Customer Lifetime Value: The Most Under Utilized Relationship in Marketing

By Scott GifisSeptember 10, 2019

Simply put, brands are addicted to customer acquisition. Driving net new sales and acquiring new customers is often the primary key performance indicator (KPI) for any given marketing campaign, leaving little to no resources devoted to the actual key business driver: repeat customer acquisition and lifetime value (LTV). Whether they’re selling to consumers, businesses or even nonprofit organizations, businesses that have stood the test of time have successfully been able to not only understand but also drive better LTV through carefully crafting long-term connections.

This is no easy feat. It takes time and a holistic view of your customer, coupled with quality data to understand your buyer and their engagement with your business. From there, you’re tasked with developing that relationship in a meaningful and scalable way.

Online retailers have a unique challenge in that marketplaces like Amazon.com and Google ultimately own the direct customer relationship, disintermediating brands from their end customers. Brands are forced to focus on a steady state of customer acquisition, competing in environments that are strategically designed to obfuscate the differentiation they aim to create in the hearts and minds of consumers. It’s no surprise therefore that direct-to-consumer (D2C) brands have stolen the spotlight in recent years. They’ve understood how to capture a direct customer relationship, circumvent these walled gardens, and ultimately are not reliant on third-party marketplaces. While it’s easy to place your product on Etsy or Amazon and earn a sale with a few simple clicks, not bringing consumers to your site and letting them directly engage with your brand is a major missed opportunity.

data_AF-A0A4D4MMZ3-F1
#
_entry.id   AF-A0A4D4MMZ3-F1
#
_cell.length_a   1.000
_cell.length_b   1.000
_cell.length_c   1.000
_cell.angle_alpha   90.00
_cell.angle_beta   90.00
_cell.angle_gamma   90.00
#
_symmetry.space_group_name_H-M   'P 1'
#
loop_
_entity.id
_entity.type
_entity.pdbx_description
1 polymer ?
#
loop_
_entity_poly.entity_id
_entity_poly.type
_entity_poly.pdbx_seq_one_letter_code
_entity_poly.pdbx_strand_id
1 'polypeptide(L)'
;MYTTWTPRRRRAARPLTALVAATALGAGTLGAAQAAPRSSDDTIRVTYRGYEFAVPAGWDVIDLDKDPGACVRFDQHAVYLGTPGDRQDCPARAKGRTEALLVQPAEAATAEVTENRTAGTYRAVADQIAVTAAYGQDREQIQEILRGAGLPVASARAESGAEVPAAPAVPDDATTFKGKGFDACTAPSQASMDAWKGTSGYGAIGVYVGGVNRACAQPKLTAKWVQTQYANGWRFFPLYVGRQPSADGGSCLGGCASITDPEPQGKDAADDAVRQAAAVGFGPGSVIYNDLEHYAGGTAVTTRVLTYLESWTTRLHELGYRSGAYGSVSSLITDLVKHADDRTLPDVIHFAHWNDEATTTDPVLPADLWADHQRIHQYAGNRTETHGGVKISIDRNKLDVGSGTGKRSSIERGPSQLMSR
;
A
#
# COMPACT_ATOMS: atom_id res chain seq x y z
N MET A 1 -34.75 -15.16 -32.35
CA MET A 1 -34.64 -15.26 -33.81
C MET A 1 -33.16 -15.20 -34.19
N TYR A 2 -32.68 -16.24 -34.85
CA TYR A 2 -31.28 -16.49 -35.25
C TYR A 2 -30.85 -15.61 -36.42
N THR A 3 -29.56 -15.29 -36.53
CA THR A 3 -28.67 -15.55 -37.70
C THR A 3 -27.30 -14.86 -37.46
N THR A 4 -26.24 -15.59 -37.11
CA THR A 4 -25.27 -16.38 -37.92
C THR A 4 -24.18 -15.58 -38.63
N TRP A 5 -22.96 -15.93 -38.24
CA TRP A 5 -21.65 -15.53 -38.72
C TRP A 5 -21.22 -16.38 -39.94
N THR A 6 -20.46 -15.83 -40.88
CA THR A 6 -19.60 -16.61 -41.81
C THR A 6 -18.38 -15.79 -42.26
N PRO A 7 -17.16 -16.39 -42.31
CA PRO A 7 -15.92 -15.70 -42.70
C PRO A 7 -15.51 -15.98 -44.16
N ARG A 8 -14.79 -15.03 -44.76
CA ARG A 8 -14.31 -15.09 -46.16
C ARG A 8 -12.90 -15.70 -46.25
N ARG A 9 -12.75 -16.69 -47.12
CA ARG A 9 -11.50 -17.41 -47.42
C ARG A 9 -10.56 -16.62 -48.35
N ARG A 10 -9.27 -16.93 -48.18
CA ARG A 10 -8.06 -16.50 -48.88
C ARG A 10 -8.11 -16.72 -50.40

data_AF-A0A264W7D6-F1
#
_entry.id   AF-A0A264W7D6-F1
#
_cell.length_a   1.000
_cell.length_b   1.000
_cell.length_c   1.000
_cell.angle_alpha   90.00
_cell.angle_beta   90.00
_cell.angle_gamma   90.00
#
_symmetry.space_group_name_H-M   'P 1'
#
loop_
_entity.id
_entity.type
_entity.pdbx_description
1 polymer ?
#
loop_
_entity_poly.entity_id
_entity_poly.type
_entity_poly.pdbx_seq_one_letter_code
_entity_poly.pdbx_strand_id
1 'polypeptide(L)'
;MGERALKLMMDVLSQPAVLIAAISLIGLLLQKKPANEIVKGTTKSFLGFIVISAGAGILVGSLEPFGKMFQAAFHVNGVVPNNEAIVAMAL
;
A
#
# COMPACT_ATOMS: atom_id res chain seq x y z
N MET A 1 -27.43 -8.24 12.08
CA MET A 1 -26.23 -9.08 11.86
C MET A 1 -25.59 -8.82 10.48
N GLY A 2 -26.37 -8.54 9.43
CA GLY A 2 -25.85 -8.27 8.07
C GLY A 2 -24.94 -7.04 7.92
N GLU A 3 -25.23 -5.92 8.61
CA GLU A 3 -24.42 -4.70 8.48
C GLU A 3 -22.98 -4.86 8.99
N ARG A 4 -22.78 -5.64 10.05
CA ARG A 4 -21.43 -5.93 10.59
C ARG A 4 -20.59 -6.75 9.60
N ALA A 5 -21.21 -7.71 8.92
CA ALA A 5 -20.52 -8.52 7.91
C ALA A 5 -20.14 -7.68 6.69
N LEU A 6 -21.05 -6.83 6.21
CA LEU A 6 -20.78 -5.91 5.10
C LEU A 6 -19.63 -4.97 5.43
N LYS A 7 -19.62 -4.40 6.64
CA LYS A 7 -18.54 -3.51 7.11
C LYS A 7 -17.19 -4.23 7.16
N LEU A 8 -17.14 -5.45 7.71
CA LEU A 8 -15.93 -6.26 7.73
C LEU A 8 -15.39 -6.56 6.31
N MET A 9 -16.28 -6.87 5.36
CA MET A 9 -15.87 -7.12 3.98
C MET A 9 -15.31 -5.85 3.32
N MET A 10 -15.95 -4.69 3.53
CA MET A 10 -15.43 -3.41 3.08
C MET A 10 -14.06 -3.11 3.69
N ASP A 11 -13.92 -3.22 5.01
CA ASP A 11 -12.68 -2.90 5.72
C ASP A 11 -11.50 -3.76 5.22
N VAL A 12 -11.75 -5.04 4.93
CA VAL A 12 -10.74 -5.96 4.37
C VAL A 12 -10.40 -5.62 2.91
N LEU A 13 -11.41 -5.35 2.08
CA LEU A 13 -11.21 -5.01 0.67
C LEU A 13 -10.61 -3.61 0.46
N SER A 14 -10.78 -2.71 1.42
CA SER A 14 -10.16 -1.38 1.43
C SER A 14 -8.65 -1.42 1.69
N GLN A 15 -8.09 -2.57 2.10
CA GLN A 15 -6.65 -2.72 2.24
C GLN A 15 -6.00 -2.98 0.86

Given that consumers spend on average 8.8 hours a day engaging with digital content, now more than ever it’s crucial for brands to leverage direct customer connection in order to stay afloat and ideally thrive in an oversaturated market. As you start your own journey into understanding customer lifetime value for your brand, here are three thoughts on when and how to make the most of it.

How Brands That Make it Work Are Connecting With Customers

The brands that make it work are the ones that are transforming their websites and marketing campaigns into connected experiences that extend beyond digital and into offline experiences, creating the types of direct relationships that customers crave. The popular luggage brand Away created its own travel magazine and blog, while Warby Parker, arguably the original D2C brand, created maps of the “best places to read a book” in cities where its brick-and-mortar stores were located. These creative content pieces illustrate how a suitcase or pair of glasses can bring a brand to life simply by being relevant to consumers’ lifestyles.

One key factor in these brands success is authenticity. If your brand is going to stand up for something, it should be as embedded into the fabric of your business and culture as the Growth Gene. TOMS, the iconic shoe company, was founded almost 13 years ago, but is still primarily associated with its mission to donate a pair of shoes to a child in need for every pair purchased. The footwear brand’s marketing campaigns continue to beat the drum of this message even 10 years later, as manifested through its “One Day Without Shoes” initiative. Given the seemingly infinite number of competitors in any given space, coupled with the virality of social media, being disingenuous will ultimately be snuffed out by consumers, and your brand will suffer.